Back to school season is upon us. With that, for many of our children (and…
By: Kendall Oakley
I never liked running. Growing up, my elementary school P.E. program required annual physical fitness benchmark testing. Part of this series was running one mile for time. Let me tell you, young Kendall struggled HARD. It’s not easy to teach elementary school kids how to properly pace themselves, and I vividly recall how quickly the abdominal cramps began to set in. Fast forward to middle school. I played volleyball and softball under the same coach. After every practice (and I mean EVERY. SINGLE. PRACTICE.) she would make us do a timed mile around the soccer fields. Through this conditioning, I became a more effective runner. But by no means did I enjoy the mile-a-day treatment. By the time I got to college, I ran maybe once every couple of weeks.
The summer after my freshman year I got back into running. I knew that I wanted to challenge myself, so I started going on runs with my friend who ran cross country in high school. I still remember how much I struggled on our first run. It was painful. Pushing your body in any way is painful, and I was pushing mine to no end. Even though I felt like I was going to keel over during the runs, I loved the sense of accomplishment and sweet relief I felt afterwards. To this day, I try and run at least three times a week and do about three-four miles per run. Am I the fastest? No way José!! Am I satisfied with my progress? YES! I love the way running makes me feel and I love being able to share that with others. Whether it’s going on runs with friends or talking about our favorite running routes, I love the community that running fosters between people.
From one amateur runner, here are a few tips that helped me believe in myself and keep going.
1. KEEP GOING! I cannot stress this enough!! It will be hard. SO hard. Not all runs are equal. Some are hard. Some feel like you’ve been a seasoned runner for years. Some just straight up suck. Throughout all the trials and tribulations, you have to remember that even the shortest run is better than no run, and that progress isn’t made overnight. Again, KEEP GOING!!
2. Look into sneakers that work for YOU. This is pretty important. Your body is your biggest predictor when it comes to running. If your legs, feet, etc. hurt early into a run, it might be because your shoes aren’t properly catered to your needs. I personally have low arches and I pronate, which means that my feet roll inward when I land on them. Because of this, I need shoes that have a little bit more support in them than others. It helps me feel comfier when I run and it’s better for my arches. Every body is different, but it’s important to be cognizant of how your body is responding during runs, and to pay attention to the shoes you’re running in.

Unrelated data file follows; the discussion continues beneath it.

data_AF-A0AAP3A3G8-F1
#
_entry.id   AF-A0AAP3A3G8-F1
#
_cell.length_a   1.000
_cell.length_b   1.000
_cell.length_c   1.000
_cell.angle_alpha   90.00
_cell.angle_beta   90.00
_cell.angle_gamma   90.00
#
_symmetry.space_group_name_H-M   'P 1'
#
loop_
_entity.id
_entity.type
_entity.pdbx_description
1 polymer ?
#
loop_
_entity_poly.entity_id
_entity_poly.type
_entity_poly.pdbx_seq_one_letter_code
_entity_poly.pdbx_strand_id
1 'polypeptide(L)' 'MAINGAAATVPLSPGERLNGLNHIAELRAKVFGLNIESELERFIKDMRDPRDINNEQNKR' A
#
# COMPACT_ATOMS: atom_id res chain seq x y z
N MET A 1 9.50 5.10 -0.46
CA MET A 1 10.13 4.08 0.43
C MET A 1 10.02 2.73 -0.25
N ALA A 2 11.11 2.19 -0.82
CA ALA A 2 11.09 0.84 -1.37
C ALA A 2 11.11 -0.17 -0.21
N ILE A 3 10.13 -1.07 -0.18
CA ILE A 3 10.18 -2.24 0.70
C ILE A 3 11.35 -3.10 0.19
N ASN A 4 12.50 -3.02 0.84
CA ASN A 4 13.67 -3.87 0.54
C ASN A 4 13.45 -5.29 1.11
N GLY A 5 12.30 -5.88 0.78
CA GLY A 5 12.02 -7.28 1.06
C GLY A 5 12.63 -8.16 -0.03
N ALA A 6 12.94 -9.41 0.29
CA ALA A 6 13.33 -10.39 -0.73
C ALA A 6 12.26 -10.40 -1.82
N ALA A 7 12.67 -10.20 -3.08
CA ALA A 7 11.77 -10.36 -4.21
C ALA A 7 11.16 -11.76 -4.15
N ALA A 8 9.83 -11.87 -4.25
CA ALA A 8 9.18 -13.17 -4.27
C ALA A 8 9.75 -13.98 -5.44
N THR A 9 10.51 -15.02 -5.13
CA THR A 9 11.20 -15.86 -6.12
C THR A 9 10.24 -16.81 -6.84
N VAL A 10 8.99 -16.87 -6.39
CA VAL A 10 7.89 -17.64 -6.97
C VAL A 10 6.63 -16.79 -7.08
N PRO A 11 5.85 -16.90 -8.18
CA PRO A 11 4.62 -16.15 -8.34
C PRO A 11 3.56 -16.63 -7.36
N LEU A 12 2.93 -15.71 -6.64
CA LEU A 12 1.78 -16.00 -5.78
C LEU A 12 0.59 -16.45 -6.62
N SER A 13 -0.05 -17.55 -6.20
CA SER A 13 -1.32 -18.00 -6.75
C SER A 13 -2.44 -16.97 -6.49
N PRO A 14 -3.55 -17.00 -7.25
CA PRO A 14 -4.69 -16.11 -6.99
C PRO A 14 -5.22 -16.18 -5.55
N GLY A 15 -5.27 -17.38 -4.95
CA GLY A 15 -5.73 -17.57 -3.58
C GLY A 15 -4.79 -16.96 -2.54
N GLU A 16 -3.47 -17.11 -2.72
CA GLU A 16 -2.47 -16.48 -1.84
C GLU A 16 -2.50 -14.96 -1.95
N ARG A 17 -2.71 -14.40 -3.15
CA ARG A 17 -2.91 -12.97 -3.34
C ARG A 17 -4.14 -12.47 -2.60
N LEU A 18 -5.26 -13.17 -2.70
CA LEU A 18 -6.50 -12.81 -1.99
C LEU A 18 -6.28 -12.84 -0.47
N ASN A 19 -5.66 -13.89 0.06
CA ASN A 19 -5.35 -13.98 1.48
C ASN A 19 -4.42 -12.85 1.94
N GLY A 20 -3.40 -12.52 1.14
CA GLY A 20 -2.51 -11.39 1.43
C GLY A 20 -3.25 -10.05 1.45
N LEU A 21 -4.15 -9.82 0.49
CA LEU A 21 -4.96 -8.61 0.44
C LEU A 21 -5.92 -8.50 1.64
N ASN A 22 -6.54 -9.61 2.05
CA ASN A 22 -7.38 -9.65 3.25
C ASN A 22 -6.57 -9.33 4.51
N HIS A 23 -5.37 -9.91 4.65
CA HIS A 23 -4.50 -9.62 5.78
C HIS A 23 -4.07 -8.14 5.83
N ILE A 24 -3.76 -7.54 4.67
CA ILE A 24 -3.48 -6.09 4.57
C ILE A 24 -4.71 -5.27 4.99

3. Run with a friend. Whenever I’m not feeling super motivated, I always text one of my running buddies to see if they can join me. Running with a friend helps me stay motivated and holds me accountable for going on said run. Plus, it’s nice to have someone to chat with! There are also plenty of running communities and clubs in Pittsburgh (generally everywhere else, too), so if you’re in need of some extra support, be sure to check those out!
4. Cross training is key. If you see yourself wanting to become more serious about running, make sure you cross train a couple days a week. Running every day is great and all, but in order to get faster, you’ve got to get STRONGER. Weight training is the most obvious way to go about this but remember to give your legs a rest! Go swimming, use the rowing machine, anything that doesn’t focus on your legs.
The beauty of running is that it’s simple. It’s basic. It’s intuitive. No, I’m not saying that it’s easy for anyone to go out and run three continuous miles. Rather, it’s simple enough to step outside your door and go on a run. Compared to other sports, it doesn’t require fancy equipment or expensive uniforms. All you need are a solid pair of sneakers and motivation! Most importantly, you don’t have to be a champion marathoner to call yourself a runner.